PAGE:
GREGORY of BURTSCHEID, a Greek monk from Calabria (south-western Italy), he is generally described as a Benedictine 'Basilian'. Whilst fleeing the Saracen invasion of the south, St. Gregory stopped in Rome, where he met and was befriended by Otto III, Holy Roman Emperor (r. 996–1002). Otto offered St. Gregory sanctuary in Germany and built a monastery for him at Burtscheid near Aachen in the present-day German state of North Rhine-Westphalia. St. Gregory reposed in 999.
MODESTA of TRIER, St. Modesta was the niece of St. Modoald of Trier (12th May), and a first cousin of St. Gertrude of Nivelle (17th March). St. Modesta was the first Abbess of Oehren in Trier in the present-day German state of Rhineland-Palatinate, which was founded by her uncle, St. Modoald, who was Bishop of Trier at the time. St. Modesta reposed circa 680.
PHILOLOGUS and PATROBAS, (First Century), Christians in Rome greeted by the Apostle Paul (29th June) in his letter to the Romans (16:14-18). A pious tradition is that the two saints were later consecrated bishops, with their Sees most likely in southern Italy.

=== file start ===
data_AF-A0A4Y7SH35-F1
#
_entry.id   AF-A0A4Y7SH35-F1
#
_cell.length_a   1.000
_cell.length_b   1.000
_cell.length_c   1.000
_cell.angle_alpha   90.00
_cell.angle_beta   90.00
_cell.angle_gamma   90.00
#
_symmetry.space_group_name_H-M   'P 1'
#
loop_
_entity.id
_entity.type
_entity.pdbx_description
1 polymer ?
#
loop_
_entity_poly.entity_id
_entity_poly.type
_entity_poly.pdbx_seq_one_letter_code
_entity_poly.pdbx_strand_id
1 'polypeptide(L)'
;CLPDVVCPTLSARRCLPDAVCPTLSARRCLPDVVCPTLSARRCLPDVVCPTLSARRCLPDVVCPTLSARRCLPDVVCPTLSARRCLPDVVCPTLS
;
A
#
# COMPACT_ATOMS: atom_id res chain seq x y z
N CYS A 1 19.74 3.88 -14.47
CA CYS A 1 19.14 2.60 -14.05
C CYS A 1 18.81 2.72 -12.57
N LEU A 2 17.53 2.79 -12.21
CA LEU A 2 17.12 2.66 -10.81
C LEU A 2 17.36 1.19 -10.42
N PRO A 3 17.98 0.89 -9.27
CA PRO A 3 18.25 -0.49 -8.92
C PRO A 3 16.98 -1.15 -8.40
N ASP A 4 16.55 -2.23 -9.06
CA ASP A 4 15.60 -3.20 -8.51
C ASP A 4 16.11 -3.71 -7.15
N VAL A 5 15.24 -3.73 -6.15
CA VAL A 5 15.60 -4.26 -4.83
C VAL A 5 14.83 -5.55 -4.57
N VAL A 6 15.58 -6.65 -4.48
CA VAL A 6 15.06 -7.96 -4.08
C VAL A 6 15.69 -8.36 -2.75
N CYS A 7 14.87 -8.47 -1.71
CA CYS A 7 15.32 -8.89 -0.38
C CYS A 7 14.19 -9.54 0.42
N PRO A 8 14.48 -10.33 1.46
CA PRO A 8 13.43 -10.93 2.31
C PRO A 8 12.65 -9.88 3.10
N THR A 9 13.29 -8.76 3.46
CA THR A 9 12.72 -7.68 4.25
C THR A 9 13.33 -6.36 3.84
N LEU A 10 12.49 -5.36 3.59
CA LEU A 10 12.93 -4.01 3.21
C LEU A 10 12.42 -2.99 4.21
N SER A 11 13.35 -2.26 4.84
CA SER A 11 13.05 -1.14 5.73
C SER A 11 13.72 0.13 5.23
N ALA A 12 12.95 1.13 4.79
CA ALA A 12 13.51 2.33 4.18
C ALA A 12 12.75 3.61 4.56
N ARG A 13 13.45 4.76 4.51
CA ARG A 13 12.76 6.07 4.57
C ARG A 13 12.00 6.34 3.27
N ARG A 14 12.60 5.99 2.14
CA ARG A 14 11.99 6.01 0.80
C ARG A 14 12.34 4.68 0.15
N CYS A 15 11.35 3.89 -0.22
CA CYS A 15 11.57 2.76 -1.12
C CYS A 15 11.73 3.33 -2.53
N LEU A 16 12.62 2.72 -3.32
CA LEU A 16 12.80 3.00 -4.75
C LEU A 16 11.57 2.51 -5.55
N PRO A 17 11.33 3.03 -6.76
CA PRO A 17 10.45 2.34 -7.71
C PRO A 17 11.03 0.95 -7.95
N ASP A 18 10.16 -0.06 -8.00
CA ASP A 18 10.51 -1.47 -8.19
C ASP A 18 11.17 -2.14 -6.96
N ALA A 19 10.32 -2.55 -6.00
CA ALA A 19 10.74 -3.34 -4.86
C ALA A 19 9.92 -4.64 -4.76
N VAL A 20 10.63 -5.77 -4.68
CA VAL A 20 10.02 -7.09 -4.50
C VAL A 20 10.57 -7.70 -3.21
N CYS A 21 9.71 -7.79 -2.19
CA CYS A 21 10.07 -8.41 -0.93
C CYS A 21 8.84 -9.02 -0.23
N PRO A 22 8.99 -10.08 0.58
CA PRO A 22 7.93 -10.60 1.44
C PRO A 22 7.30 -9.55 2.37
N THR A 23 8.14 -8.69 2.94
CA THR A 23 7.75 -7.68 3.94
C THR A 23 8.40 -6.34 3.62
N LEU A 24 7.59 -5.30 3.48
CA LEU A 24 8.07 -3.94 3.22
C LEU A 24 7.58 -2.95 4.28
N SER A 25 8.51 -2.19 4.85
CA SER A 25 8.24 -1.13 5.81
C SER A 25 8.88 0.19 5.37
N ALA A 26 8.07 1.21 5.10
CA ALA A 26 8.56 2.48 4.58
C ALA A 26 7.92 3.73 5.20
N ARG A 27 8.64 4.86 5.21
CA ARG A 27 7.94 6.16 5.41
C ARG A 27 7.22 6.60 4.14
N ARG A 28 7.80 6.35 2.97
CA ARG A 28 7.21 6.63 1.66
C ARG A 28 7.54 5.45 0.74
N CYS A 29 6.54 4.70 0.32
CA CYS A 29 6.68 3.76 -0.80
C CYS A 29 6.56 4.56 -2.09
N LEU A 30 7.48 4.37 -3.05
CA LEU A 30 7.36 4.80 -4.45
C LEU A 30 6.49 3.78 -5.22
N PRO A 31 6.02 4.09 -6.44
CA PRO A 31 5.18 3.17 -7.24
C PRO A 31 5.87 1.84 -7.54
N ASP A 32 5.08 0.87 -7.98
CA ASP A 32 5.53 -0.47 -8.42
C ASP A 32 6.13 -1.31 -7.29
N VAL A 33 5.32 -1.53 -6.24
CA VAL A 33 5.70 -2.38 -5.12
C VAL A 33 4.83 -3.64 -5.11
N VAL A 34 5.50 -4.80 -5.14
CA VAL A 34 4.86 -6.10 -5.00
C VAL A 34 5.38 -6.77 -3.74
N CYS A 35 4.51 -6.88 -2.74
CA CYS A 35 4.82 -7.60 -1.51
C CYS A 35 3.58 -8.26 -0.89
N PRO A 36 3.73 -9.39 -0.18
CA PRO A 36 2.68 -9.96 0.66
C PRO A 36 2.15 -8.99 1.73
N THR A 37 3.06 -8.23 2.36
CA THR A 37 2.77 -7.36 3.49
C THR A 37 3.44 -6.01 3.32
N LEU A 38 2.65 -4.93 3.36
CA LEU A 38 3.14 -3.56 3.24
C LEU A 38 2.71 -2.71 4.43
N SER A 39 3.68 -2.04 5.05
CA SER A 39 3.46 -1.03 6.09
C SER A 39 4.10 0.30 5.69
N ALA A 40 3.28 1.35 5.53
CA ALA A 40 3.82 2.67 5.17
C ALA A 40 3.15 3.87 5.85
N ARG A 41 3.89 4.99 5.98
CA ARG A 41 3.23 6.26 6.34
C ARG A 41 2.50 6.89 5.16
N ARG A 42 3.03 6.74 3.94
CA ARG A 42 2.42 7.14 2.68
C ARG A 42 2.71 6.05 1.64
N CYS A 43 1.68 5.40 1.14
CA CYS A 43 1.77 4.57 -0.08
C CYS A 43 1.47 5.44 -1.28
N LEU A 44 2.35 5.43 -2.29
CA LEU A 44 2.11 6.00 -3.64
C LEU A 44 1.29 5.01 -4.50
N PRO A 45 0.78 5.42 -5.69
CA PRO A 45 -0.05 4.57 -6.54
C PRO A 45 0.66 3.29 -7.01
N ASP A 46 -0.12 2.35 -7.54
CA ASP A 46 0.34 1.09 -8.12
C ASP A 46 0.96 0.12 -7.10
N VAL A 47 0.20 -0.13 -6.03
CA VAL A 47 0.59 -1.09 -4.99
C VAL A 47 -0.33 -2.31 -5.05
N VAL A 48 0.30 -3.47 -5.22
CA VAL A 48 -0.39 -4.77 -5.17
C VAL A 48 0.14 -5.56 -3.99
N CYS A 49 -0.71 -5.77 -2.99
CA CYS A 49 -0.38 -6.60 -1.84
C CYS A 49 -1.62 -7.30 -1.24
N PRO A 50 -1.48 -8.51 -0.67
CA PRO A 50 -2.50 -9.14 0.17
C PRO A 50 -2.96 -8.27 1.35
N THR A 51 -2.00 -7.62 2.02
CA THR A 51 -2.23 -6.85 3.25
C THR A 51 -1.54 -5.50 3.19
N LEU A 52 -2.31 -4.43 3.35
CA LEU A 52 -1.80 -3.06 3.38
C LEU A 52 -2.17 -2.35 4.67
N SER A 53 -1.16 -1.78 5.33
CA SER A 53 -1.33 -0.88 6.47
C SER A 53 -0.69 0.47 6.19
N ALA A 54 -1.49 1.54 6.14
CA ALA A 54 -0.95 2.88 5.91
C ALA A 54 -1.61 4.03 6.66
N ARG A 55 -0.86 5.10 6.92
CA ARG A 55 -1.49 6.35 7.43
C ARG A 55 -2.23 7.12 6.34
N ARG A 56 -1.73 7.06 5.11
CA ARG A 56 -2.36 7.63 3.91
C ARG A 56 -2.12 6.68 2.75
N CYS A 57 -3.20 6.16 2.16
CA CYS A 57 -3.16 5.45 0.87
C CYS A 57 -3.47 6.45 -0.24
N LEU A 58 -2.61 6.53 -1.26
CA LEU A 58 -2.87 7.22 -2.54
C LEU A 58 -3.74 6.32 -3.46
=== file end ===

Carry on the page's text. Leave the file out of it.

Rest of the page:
PROCULUS of AUTUN, a martyred Bishop of Autun in Burgundy (east-central France), of whom nothing is known beyond his listing in various martyrologies. In the Roman Martyrology St. Proculus is recorded thus: "At Autun, St. Proculus, martyr"; whilst other martyrologies simply list "Proculus, a Bishop". Most sources place his martyrdom as circa 717.
VITALIS and AGRICOLA, Martyrs of Bologna (northern Italy), St. Vitalis was St. Agricola's slave and through whom St. Vitalis came to Christ. During the Diocletianic Persecution (303–313) St. Vitalis was arrested, subjected to various tortures, and finally executed. St. Agricola was so taken by the courage and faith with which St. Vitalis faced martyrdom, that St. Agricola proclaimed his faith and was also martyred.
Prior to the Schism the Patriarchate of Rome was Orthodox, and fully in communion with the Orthodox Church. As Saint John of Shanghai and San Francisco +1966 said “The West was Orthodox for a thousand years, and her venerable Liturgy is far older than any of her heresies”.